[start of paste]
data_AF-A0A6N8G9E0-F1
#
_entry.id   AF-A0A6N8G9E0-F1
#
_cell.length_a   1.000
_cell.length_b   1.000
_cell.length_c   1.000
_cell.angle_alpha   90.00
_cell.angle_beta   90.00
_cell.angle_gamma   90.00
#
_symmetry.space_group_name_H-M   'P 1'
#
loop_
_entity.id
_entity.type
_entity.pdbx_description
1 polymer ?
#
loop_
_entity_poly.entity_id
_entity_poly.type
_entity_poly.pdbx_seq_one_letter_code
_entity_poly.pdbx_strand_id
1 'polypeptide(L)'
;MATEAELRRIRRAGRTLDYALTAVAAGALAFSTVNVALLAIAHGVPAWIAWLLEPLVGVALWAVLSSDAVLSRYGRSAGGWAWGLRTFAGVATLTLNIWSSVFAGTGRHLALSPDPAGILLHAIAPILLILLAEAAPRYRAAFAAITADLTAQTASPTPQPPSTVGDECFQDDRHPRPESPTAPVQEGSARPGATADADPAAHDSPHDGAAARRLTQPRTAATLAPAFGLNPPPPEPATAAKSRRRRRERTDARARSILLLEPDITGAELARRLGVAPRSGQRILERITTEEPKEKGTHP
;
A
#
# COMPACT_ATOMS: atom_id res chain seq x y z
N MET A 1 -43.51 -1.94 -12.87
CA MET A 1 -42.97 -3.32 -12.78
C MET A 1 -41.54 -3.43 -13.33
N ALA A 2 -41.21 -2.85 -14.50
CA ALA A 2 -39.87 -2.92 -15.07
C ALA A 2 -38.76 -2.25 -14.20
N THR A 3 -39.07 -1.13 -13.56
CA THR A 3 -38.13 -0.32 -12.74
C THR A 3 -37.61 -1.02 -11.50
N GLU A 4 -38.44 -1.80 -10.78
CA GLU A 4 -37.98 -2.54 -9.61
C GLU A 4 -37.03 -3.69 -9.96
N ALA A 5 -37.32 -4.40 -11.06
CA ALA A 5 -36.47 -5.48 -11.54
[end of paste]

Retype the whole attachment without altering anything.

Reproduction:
data_AF-A0A6N8G9E0-F1
#
_entry.id   AF-A0A6N8G9E0-F1
#
_cell.length_a   1.000
_cell.length_b   1.000
_cell.length_c   1.000
_cell.angle_alpha   90.00
_cell.angle_beta   90.00
_cell.angle_gamma   90.00
#
_symmetry.space_group_name_H-M   'P 1'
#
loop_
_entity.id
_entity.type
_entity.pdbx_description
1 polymer ?
#
loop_
_entity_poly.entity_id
_entity_poly.type
_entity_poly.pdbx_seq_one_letter_code
_entity_poly.pdbx_strand_id
1 'polypeptide(L)'
;MATEAELRRIRRAGRTLDYALTAVAAGALAFSTVNVALLAIAHGVPAWIAWLLEPLVGVALWAVLSSDAVLSRYGRSAGGWAWGLRTFAGVATLTLNIWSSVFAGTGRHLALSPDPAGILLHAIAPILLILLAEAAPRYRAAFAAITADLTAQTASPTPQPPSTVGDECFQDDRHPRPESPTAPVQEGSARPGATADADPAAHDSPHDGAAARRLTQPRTAATLAPAFGLNPPPPEPATAAKSRRRRRERTDARARSILLLEPDITGAELARRLGVAPRSGQRILERITTEEPKEKGTHP
;
A
#
# COMPACT_ATOMS: atom_id res chain seq x y z
N MET A 1 -43.51 -1.94 -12.87
CA MET A 1 -42.97 -3.32 -12.78
C MET A 1 -41.54 -3.43 -13.33
N ALA A 2 -41.21 -2.85 -14.50
CA ALA A 2 -39.87 -2.92 -15.07
C ALA A 2 -38.76 -2.25 -14.20
N THR A 3 -39.07 -1.13 -13.56
CA THR A 3 -38.13 -0.32 -12.74
C THR A 3 -37.61 -1.02 -11.50
N GLU A 4 -38.44 -1.80 -10.78
CA GLU A 4 -37.98 -2.54 -9.61
C GLU A 4 -37.03 -3.69 -9.96
N ALA A 5 -37.32 -4.40 -11.06
CA ALA A 5 -36.47 -5.48 -11.54